December has recently been filled with debates about public displays of Christmas symbols and the greetings “Merry Christmas” and “Happy Holidays”. But on December 25, 2006, a non-Christian group enriched Christmas Day with an activity that sidestepped controversy in a very friendly way.
Archive for December, 2006
Two young children, all dressed in red, bounced happily on their feet. They anxiously awaited the arrival of the model train through a snow-covered tunnel in a miniature town set up at the front of the Redford Theatre auditorium.
At the Michigan Theater, gleeful children with Santa Claus caps bounded up the elegant staircase of the Grand Foyer, excited about seeing a movie from the balcony.
With a sigh of regret, but a note of hope, the chairperson of the Friends of Detroit Film Theatre, Margaret Thomas, spoke to the DFT audience on December 10, 2006. It was the last film of the Fall/Winter 2006 season, but in two months, the DFT would re-open with its auditorium renovation complete.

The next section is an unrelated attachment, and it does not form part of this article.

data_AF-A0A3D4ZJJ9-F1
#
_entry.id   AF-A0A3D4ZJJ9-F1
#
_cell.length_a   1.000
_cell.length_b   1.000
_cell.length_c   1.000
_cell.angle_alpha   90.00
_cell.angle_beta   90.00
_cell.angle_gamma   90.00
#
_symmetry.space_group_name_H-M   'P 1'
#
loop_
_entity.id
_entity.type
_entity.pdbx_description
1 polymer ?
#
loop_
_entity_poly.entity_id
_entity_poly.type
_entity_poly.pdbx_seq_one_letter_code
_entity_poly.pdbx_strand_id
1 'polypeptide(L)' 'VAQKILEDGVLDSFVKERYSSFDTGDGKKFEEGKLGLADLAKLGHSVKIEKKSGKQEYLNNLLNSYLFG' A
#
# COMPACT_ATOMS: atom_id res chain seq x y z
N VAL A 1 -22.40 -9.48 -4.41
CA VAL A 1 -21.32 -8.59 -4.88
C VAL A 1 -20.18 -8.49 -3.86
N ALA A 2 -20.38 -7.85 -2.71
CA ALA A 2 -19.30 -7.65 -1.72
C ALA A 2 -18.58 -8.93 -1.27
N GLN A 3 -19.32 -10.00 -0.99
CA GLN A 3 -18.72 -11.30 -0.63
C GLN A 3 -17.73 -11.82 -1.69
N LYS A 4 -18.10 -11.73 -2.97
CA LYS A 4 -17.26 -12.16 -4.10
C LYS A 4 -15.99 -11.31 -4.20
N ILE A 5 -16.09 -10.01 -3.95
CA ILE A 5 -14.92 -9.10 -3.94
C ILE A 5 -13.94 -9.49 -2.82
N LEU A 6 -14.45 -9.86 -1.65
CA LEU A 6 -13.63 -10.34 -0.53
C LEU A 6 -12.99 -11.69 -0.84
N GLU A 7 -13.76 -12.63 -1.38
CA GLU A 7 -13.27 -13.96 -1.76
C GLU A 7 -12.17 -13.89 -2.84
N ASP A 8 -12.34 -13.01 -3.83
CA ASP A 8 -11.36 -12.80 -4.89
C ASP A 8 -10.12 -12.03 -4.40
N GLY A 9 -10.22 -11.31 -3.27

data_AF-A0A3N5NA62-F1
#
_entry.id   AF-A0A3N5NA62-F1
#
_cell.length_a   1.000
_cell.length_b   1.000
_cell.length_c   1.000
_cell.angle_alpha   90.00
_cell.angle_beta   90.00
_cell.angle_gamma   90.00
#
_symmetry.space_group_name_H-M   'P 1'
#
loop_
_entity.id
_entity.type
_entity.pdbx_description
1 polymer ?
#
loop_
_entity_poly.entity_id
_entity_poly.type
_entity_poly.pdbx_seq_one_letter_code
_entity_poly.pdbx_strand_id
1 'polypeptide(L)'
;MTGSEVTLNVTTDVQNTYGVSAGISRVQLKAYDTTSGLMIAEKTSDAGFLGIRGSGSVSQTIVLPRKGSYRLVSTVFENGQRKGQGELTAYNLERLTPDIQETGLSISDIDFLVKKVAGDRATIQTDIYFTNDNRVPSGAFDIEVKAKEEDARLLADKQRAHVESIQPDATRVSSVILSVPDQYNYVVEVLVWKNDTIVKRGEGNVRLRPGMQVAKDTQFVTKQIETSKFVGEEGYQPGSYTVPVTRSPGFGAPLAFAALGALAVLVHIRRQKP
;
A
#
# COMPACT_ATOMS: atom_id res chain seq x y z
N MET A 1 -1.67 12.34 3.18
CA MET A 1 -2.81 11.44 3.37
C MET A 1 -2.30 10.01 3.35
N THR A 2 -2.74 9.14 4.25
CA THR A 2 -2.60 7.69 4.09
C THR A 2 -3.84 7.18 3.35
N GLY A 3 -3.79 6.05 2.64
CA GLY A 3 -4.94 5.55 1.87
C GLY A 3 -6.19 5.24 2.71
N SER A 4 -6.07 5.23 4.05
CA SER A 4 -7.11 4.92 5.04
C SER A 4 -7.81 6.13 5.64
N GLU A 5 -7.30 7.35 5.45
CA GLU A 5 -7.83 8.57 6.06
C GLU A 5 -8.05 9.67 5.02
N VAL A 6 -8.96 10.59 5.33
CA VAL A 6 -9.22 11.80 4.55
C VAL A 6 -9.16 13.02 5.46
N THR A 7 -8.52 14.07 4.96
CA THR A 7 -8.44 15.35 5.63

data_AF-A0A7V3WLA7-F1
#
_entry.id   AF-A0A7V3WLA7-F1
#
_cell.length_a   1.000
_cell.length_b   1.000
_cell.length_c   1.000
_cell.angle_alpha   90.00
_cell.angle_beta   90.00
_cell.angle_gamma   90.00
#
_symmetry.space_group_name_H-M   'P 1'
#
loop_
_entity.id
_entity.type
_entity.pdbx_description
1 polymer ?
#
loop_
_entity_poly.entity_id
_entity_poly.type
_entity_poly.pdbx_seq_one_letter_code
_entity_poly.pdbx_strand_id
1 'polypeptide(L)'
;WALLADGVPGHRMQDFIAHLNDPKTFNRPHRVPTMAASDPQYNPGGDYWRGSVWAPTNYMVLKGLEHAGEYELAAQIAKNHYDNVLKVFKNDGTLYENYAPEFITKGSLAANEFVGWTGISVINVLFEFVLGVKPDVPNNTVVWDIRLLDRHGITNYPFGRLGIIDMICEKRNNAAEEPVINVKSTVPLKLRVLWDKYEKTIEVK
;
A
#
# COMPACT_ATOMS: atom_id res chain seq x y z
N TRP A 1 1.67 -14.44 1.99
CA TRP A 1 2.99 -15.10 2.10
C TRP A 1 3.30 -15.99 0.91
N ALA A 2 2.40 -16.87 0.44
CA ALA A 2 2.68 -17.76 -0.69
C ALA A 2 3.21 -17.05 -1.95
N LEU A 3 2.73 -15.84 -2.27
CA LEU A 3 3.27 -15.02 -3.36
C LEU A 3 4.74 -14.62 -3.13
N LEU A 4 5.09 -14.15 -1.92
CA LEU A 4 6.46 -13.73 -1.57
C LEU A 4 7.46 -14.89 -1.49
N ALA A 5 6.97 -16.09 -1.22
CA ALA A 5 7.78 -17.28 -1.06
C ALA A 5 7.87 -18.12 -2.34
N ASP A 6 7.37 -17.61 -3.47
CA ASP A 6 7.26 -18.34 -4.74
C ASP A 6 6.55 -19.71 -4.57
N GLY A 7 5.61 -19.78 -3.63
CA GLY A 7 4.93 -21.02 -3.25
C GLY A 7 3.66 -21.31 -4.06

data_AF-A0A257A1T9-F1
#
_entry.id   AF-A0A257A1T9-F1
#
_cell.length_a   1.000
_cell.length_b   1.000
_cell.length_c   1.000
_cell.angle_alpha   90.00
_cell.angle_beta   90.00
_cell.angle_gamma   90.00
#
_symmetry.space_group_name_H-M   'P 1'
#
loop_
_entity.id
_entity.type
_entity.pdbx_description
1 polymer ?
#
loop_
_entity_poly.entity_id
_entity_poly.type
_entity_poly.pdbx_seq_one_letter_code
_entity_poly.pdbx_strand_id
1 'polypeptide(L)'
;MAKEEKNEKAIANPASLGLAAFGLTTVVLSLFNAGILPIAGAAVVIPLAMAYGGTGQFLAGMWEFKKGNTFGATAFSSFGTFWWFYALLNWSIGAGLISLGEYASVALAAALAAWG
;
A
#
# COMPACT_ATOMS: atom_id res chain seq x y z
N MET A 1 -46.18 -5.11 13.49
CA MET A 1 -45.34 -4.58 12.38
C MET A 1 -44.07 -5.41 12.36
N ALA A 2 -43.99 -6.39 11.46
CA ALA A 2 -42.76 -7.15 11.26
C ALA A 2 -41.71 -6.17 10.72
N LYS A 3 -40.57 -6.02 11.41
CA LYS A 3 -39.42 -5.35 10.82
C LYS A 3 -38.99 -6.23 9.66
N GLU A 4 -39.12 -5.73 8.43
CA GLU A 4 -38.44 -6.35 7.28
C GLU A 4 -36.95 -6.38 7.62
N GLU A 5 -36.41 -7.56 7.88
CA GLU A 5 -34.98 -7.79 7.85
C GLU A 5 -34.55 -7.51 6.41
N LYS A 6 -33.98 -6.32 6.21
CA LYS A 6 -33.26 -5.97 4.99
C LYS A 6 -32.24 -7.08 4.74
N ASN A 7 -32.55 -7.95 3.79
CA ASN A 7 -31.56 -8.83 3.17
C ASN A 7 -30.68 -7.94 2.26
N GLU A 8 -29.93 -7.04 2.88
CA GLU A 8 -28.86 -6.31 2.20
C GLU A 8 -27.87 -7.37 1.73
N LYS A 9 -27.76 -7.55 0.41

After I watched the film New York Doll at the Detroit Film Theatre on December 8, 2006, the warm afterglow of this poignant movie helped shield me from the sharp chill of the winter evening. I turned on the car radio, and there was John Lennon on WCSX (94.7 FM), singing “Watching the Wheels,” as part of that classic rock station’s tribute to Lennon, who was shot to death 26 years ago on December 8.
The histories of the Michigan Theater and the Redford Theatre are tightly intertwined with those of Ann Arbor, Detroit, theater design, organ music, and other people, places and things. These theaters also have boosted the careers of many famous movie stars, who in turn helped draw crowds to these film palaces.